The move by Heathrow affected around 5,000 passengers at Terminals 2 and 3 on about 30 flights.
It comes after images emerged on Friday of a huge pile-up of passengers’ luggage.
Heathrow hopes some airlines will respond to its request to reduce flights by consolidating their services, to enable passengers to still travel on Monday.
A spokeswoman for the airport said: “We apologise unreservedly for the disruption passengers have faced over the course of this weekend.
“The technical issues affecting baggage systems have led to us making the decision to request airlines operating in Terminals 2 and 3 to consolidate their schedules on Monday, June 20.
“This will enable us to minimise ongoing impact and we ask that all passengers check with their airlines for the latest information.”
It said it was “pro-actively consolidating a number of flights across affected airports”.
The aviation sector across Europe is experiencing “operational issues”, including air traffic control delays, staff shortages in ground handling and at airports, and increased times for identity checks of new recruits, easyJet said.
The airline has cancelled thousands of flights in recent months, particularly during school holidays at Easter and the half-term period, which coincided with the Jubilee bank holiday weekend.
Chief executive Johan Lundgren told reporters “I can’t tell you how many flights will be impacted” as “we need to work this through”.
He said: “It would be misleading for me to give any numbers today because we simply don’t know.”
Mr Lundgren said easyJet had previously planned to operate around 160,000 flights between July and September.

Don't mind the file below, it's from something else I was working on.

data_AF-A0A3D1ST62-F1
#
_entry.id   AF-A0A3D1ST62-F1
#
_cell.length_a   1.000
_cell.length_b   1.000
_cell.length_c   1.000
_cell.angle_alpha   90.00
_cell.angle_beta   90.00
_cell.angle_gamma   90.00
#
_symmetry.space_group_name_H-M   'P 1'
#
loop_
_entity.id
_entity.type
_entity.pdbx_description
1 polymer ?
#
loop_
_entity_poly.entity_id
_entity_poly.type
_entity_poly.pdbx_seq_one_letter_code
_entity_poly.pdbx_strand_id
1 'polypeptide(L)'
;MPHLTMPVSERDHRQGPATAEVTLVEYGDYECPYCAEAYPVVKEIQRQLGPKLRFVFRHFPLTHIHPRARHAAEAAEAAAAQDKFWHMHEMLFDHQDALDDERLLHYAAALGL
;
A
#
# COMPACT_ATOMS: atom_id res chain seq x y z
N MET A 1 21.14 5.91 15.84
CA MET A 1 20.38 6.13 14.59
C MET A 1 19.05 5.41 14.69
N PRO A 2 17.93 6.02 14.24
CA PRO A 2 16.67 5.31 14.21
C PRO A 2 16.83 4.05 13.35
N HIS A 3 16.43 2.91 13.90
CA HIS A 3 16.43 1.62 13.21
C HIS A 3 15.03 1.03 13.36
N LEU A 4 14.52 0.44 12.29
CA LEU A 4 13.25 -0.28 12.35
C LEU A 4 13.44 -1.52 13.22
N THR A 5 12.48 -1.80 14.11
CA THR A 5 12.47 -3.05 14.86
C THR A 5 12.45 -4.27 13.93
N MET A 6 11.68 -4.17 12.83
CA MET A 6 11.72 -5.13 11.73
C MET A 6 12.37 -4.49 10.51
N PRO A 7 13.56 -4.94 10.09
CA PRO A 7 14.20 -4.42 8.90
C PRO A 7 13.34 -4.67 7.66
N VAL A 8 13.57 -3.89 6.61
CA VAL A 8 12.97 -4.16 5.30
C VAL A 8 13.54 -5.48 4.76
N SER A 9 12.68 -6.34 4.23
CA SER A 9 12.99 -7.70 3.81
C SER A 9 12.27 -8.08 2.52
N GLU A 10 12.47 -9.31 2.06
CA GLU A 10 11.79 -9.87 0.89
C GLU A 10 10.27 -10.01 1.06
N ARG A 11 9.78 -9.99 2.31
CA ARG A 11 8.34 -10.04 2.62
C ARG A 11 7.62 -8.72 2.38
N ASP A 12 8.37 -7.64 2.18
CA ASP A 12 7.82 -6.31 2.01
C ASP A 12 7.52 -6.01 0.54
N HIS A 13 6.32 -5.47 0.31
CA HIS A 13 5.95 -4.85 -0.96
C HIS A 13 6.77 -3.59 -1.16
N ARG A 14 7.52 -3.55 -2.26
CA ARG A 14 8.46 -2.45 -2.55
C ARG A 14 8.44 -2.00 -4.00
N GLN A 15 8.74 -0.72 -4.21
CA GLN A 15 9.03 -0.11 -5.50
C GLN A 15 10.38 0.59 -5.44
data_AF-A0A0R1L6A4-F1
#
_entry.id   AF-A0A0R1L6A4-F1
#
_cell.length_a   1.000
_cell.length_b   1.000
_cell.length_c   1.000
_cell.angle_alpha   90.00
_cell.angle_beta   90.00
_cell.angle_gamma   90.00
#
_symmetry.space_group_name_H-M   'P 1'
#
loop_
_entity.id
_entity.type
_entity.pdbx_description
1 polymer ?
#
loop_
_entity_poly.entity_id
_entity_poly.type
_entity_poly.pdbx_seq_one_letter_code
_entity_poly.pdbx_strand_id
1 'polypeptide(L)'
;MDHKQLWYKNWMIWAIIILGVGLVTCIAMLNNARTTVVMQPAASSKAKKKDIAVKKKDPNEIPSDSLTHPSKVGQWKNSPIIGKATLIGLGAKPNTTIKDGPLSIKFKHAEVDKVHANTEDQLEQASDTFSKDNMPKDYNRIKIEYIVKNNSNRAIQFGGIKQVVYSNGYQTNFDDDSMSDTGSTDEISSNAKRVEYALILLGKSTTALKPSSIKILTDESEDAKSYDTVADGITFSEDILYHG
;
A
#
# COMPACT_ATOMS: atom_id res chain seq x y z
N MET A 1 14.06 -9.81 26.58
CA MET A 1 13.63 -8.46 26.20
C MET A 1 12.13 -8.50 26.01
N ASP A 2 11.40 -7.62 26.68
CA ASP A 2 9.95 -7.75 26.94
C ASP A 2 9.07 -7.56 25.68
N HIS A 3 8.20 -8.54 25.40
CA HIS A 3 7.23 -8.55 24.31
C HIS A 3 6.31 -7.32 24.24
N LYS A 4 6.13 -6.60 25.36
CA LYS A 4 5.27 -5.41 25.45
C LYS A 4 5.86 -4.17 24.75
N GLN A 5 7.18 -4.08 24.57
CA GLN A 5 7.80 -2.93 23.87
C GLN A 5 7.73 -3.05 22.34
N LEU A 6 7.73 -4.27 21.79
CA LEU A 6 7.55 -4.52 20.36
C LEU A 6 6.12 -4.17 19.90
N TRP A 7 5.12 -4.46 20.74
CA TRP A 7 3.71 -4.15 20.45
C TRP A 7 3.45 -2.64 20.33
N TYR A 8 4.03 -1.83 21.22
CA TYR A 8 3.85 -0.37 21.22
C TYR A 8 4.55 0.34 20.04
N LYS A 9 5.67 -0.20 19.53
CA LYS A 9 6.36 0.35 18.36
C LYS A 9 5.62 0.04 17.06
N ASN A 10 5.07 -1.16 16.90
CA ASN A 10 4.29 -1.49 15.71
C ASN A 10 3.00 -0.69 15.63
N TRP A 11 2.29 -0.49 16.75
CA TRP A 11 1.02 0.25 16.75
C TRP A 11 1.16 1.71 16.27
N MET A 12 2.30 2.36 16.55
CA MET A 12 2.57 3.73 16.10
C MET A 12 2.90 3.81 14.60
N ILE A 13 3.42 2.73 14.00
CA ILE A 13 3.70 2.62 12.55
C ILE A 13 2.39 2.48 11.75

In May, the carrier expected its capacity to be at around 97 per cent of 2019 levels over that three-month period, but this has been reduced to 90 per cent.
EasyJet admitted there will be a “cost impact” from the disruption, and the amount of money it spends to operate each seat per kilometre excluding fuel will “exceed” previous guidance.
It said: “We believe that these capacity/cost impacts are a one-off this summer as we would expect all parties to build greater resilience in time for 2023 peak periods.”
Mr Lundgren said: “Delivering a safe and reliable operation for our customers in this challenging environment is easyJet’s highest priority and we are sorry that for some customers we have not been able to deliver the service they have come to expect from us.
“While in recent weeks the action we have taken to build in further resilience has seen us continue to operate up to 1,700 flights and carry up to a quarter of a million customers a day, the ongoing challenging operating environment has unfortunately continued to have an impact, which has resulted in cancellations.
“Coupled with airport caps, we are taking pre-emptive actions to increase resilience over the balance of summer.”
Ryanair, which has been largely unaffected by recent cancellations, announced it had added 200 “rescue flights” on its routes serving 19 UK airports until the end of September.